Christiane RauUniversity of Applied Sciences Upper Austria, Wels, AustriaAnne-Katrin NeyerMartin-Luther University Halle-Wittenberg, Halle/Saale, GermanyKatja Krämer-HelmerUniversity of Applied Sciences Upper Austria, Wels, Austria


Informed by the open innovation paradigm and forced by increasingly complex products and services, it is presumed that more heterogeneous people are involved in innovation projects than ever before. This heterogeneity is a constraint that calls for special attention. While the heterogeneity of development teams can push creativity, it can also lead to inefficient collaboration. Unrecognized failures of knowledge sharing in early phases of the innovation process (e.g. about different understandings of customer requirements) can lead to severe problems, such as excessive costs for rework, when discovered only in market tests.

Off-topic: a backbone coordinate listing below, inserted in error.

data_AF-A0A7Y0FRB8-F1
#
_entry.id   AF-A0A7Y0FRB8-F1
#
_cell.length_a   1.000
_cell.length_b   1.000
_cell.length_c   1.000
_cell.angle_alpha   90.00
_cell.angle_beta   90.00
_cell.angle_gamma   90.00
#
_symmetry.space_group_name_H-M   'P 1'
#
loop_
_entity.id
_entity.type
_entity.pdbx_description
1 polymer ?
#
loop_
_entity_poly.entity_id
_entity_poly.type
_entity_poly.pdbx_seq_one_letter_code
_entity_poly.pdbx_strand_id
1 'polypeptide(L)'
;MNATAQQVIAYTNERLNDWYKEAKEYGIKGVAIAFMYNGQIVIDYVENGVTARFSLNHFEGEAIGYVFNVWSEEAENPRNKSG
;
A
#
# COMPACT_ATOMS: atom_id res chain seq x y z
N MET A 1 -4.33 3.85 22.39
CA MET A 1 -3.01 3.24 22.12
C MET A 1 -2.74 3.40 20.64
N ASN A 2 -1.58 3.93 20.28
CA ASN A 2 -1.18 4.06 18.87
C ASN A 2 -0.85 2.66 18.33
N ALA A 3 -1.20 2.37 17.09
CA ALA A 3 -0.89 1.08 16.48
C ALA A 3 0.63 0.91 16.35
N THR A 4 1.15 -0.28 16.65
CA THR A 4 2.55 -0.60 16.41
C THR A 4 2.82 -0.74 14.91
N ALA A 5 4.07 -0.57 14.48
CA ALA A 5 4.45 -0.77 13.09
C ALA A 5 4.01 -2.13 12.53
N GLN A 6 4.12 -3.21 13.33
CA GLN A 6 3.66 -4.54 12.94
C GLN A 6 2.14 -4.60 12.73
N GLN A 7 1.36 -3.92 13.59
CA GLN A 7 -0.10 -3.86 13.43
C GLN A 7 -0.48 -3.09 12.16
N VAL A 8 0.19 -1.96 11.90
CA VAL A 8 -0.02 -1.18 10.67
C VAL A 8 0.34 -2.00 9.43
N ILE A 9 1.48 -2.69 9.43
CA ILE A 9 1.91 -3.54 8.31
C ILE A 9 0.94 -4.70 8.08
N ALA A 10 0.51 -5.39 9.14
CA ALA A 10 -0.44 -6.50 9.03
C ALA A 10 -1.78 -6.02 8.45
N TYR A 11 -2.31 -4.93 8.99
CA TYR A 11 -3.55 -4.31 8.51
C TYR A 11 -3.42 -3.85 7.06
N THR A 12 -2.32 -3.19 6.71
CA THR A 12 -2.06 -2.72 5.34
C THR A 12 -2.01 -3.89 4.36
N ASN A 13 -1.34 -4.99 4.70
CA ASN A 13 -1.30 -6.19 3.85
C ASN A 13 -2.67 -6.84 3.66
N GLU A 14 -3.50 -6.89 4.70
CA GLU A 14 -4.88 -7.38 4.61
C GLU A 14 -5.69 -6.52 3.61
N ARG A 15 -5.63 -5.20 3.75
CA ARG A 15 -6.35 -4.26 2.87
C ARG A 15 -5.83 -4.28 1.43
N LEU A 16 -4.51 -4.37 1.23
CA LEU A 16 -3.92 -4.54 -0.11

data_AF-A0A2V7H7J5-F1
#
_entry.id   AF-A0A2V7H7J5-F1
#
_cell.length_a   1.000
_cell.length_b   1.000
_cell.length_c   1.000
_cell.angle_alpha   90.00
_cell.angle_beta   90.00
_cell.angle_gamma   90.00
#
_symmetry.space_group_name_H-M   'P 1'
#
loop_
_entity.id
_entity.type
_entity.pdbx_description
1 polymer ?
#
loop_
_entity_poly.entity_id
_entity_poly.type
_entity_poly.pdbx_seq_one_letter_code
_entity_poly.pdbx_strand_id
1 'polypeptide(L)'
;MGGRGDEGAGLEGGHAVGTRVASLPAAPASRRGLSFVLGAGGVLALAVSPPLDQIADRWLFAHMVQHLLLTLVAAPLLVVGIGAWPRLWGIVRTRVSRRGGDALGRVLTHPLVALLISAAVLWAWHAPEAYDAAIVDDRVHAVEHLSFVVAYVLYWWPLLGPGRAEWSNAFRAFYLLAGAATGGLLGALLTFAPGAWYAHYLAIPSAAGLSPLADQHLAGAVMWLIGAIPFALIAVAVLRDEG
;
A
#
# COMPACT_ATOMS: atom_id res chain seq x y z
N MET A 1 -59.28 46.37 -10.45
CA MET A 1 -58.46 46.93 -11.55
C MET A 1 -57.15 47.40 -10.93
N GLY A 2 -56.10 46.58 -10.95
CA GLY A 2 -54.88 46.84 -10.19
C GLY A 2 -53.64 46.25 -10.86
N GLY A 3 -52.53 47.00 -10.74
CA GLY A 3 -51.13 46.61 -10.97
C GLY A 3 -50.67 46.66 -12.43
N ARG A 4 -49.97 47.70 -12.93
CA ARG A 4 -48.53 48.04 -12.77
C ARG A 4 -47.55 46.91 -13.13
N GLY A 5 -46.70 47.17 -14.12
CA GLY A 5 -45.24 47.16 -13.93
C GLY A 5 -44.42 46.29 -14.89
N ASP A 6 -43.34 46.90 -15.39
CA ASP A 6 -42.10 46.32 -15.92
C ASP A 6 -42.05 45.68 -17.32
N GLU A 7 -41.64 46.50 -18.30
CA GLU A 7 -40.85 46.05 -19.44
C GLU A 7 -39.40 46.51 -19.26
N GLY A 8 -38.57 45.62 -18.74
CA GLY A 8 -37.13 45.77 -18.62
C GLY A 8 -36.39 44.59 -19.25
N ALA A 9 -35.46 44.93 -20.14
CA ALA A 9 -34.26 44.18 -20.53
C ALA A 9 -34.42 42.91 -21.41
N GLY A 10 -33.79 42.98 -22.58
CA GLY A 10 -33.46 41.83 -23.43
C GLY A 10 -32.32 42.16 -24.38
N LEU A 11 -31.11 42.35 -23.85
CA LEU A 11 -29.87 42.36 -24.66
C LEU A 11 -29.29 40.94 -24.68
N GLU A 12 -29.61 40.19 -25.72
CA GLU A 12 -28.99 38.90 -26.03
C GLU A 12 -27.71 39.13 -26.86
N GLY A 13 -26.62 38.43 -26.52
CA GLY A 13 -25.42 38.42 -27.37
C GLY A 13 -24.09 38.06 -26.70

Intuition as well as extensive scientific evidence suggests that knowledge sharing in innovation projects is important and should be supported. While this argument is nowadays trivial to state, it is not trivial to achieve. Our experience in accompanying open innovation projects over the past six years indicates that companies regularly struggle to manage knowledge sharing among diverse, interdisciplinary coworkers.

Different mental models, previously acquired competencies, and resources can impede knowledge sharing among ...

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